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Invasive Plant: Artist Uses Kudzu as Primary Material

Dec 16, 2015 03:44 PM EST

Kudzu is a vine of dispute and wrapping, and has been so since shortly after it was introduced into the United States in 1876 as an ornamental plant from Japan, at the Philadelphia Centennial Exposition. It is considered one of the top-six invasive plants in the United States, according to the Smithsonian.

Although kudzu has often been called "the vine that ate the South," some biologists have noted that we see it more often alongside highway corridors--and therefore assume, possibly incorrectly, that the damage is as significant away from those roadways.

Nevertheless, many in the South and elsewhere see it as a plant that wraps pines and covers landscapes. One artist, Mark Barnes, is using that readily available vine to make his products. He says that kudzu dries firm and unpliant, and therefore is a useful material, according to an article in the Oxford Eagle (Miss.).

Ever since taking a 1996 class in North Carolina, Barnes has been making baskets from kudzu and selling them at art festivals. Lately he's also been crafting kudzu Christmas trees that are lit, and they are big sellers, the article confirmed.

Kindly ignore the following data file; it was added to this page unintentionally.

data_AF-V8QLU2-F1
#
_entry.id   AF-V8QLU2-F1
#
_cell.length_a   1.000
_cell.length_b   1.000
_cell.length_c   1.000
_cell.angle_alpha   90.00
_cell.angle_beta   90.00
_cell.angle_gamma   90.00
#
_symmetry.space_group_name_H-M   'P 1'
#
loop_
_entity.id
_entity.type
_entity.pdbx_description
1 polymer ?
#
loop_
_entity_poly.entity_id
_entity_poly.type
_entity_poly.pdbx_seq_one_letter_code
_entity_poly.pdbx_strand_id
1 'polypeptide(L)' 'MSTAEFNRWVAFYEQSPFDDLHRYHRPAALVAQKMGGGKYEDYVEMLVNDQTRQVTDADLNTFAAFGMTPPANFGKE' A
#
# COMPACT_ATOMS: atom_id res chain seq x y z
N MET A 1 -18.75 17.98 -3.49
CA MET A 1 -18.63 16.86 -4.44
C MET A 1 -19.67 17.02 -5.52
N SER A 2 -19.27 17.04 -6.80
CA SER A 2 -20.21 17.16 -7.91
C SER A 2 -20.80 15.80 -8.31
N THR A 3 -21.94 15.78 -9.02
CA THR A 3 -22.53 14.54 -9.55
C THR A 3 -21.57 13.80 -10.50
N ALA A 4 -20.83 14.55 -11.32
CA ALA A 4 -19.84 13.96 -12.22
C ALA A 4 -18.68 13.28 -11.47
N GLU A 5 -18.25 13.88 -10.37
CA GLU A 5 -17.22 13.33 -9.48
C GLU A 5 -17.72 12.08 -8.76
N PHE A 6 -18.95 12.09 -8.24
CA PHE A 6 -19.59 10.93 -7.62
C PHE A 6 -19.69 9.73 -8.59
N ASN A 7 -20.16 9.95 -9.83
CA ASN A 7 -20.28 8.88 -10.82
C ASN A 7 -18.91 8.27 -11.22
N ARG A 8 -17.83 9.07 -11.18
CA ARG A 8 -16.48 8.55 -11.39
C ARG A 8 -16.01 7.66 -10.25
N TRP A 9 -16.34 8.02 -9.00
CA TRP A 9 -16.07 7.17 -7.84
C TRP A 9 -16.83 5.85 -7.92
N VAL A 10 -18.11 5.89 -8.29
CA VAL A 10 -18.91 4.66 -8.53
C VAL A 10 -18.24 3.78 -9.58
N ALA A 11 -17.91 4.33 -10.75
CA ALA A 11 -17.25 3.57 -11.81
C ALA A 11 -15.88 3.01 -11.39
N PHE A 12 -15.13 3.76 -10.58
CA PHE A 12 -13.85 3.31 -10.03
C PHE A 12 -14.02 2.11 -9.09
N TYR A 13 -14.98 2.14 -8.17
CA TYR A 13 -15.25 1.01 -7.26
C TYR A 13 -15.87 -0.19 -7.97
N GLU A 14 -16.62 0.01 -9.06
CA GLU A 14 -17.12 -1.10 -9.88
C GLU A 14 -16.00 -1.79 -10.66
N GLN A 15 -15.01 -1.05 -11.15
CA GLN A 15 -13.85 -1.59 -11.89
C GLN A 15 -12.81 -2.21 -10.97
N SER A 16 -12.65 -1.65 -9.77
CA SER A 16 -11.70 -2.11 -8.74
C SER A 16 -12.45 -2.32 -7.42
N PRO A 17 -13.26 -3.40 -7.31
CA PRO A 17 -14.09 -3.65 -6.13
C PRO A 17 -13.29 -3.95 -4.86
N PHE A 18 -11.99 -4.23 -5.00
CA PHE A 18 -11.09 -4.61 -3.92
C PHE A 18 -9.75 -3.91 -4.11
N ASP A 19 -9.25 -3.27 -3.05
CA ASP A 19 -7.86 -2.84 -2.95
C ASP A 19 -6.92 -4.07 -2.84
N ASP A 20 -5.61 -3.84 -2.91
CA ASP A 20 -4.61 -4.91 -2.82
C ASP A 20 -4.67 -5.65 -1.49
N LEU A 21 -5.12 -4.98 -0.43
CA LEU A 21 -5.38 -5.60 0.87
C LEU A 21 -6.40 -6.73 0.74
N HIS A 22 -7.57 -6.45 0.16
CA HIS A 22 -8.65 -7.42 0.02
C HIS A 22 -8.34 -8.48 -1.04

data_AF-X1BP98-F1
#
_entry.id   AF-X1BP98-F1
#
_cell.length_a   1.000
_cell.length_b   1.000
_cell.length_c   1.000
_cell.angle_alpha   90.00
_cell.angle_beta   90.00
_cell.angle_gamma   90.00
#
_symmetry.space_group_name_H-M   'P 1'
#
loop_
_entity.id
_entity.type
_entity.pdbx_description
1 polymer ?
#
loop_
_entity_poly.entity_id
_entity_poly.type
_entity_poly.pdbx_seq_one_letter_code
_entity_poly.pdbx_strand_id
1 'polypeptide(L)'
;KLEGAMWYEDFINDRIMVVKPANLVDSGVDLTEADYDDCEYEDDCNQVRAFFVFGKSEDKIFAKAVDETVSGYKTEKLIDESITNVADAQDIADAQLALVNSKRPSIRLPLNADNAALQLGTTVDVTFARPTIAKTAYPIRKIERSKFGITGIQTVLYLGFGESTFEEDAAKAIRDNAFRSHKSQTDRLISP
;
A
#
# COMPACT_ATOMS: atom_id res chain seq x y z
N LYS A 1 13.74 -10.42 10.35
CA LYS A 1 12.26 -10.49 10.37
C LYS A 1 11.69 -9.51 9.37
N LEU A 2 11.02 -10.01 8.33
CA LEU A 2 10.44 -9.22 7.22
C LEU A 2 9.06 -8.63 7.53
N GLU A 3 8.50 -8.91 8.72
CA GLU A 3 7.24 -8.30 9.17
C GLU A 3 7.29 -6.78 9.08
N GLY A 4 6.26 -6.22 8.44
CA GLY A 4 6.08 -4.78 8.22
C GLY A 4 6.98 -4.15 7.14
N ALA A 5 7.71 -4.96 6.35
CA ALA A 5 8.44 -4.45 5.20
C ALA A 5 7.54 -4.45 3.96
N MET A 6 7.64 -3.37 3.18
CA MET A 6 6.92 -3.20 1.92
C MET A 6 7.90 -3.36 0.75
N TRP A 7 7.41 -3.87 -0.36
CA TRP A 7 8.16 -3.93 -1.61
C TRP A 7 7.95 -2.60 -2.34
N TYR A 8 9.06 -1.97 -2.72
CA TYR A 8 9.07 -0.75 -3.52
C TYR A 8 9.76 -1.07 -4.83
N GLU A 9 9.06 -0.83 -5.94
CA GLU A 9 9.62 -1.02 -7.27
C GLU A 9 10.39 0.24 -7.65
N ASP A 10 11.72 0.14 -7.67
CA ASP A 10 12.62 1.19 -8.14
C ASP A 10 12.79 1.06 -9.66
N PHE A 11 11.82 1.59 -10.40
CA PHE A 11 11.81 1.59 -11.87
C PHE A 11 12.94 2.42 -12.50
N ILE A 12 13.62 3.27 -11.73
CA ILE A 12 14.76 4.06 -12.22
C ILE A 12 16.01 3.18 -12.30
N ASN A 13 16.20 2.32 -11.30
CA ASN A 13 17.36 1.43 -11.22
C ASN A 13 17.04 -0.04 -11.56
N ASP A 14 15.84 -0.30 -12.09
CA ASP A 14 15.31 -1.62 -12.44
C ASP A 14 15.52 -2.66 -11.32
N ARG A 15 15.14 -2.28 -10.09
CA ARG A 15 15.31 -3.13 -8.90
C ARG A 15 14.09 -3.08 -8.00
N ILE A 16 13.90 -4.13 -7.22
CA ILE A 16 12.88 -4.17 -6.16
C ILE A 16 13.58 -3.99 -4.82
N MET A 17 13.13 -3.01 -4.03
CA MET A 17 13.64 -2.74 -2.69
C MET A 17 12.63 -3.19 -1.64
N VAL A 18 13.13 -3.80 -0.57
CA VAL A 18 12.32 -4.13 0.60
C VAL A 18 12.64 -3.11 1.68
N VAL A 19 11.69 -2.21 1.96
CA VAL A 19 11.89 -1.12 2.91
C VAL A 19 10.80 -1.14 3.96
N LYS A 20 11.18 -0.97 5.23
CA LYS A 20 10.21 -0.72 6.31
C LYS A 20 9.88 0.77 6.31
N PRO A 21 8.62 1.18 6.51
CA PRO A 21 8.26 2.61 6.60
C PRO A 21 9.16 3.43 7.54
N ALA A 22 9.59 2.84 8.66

"You don't have to treat the vine, you don't have to soak them or boil them, and you don't have to order basket-making supplies online, there's really no measuring, and the fact that it's also very forgiving too, which I guess is why I like it," Barnes said in the article. "I'm not boxed into a certain thing."

Barnes works in North Carolina and around Oxford, Miss., and can find kudzu in both places.

"You can pretty much find it everywhere but here it's predominant. It's some pretty serious business. The only place I've seen it worse is up in the mountains in North Carolina, like around Hickory up to Asheville, it's really taken over," said Barnes in the article.

From Barnes' point of view, kudzu is indeed all over the place, and has taken over portions of Mississippi, Alabama and Georgia. Fortunately, kudzu can be treated as a wood for products like Barnes' baskets and trees.

"When you pick it up, it dries like a regular wood would, but it's firm," he said in the article. "It doesn't stay pliable. The only thing you have to worry about with the baskets themselves is you just really want them to stay dry, otherwise they will rot like any other basket would."

If you'd like to see a photo of Barnes' kudzu Christmas trees, click through to Lizzie Oglesby's photo on Flickr, here.

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-Follow Catherine on Twitter @TreesWhales

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